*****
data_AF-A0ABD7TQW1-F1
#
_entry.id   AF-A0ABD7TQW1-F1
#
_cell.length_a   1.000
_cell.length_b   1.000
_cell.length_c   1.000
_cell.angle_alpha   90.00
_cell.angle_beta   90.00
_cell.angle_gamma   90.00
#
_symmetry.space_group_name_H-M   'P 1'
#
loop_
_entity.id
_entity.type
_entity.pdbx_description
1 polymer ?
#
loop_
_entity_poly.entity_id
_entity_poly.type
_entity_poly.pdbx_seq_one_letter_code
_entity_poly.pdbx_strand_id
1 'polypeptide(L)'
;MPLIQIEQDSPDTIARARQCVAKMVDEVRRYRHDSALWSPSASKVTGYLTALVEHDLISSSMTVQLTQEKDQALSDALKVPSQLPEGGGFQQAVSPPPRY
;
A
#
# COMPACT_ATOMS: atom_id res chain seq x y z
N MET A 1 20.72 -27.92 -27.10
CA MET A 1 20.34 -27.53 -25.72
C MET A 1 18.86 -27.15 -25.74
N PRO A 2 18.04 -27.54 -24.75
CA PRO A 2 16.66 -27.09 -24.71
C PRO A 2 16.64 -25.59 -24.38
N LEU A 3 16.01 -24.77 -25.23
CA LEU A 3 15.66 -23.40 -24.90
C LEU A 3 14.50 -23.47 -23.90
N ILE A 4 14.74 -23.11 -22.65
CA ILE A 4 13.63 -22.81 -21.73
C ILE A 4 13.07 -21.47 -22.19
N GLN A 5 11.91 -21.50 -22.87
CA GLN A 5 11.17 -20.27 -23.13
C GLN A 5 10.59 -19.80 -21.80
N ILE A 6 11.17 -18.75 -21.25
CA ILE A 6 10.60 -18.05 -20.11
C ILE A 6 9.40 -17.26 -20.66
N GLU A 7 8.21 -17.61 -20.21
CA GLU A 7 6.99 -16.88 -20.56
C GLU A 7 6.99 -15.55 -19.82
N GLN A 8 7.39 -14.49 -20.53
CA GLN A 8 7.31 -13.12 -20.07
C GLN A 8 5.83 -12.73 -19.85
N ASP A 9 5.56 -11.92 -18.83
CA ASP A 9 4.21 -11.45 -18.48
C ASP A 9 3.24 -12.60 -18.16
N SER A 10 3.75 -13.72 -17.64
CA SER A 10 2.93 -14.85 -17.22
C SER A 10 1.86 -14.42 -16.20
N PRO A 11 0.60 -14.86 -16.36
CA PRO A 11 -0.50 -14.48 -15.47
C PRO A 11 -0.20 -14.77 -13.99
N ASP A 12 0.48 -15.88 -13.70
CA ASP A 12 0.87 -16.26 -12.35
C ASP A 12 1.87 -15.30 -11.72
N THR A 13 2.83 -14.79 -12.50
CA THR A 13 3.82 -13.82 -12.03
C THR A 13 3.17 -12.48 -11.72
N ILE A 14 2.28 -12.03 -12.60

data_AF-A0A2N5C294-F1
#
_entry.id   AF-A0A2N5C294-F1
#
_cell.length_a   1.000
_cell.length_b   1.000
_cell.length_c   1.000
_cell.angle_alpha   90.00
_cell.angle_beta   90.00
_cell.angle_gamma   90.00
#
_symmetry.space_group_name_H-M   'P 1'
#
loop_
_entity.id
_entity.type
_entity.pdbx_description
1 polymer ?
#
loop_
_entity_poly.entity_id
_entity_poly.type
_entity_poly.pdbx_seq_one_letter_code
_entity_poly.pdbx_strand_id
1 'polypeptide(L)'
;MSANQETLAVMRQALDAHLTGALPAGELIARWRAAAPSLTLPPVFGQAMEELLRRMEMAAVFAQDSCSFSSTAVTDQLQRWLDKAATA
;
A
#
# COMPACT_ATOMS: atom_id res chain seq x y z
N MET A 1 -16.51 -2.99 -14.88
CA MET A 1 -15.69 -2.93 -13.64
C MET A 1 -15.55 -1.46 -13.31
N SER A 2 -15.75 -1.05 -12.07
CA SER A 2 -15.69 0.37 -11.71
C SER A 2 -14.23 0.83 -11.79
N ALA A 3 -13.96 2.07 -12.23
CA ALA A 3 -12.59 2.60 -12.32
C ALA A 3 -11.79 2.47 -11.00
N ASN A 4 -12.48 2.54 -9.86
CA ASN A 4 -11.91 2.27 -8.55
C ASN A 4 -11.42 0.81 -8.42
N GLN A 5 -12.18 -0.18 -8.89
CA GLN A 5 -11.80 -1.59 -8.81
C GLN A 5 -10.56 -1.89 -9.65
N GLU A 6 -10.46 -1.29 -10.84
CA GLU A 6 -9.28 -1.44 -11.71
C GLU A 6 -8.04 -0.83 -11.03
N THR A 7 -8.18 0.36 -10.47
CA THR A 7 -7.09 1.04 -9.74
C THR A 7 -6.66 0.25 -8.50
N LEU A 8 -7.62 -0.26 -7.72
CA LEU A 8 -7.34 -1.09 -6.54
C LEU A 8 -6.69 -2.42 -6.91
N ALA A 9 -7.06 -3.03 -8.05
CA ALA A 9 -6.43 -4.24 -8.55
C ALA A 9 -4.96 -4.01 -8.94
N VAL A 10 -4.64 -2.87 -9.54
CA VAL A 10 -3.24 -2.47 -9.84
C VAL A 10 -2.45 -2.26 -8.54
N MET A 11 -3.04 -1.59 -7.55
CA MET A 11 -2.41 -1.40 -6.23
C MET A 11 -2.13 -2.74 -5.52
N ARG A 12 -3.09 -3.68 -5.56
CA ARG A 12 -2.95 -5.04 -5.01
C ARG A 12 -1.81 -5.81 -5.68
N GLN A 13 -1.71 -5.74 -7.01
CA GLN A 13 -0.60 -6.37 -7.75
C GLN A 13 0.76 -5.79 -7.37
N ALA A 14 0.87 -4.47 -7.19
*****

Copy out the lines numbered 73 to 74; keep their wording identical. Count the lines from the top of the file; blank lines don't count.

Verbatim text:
_entry.id   AF-A0A2N5C294-F1
#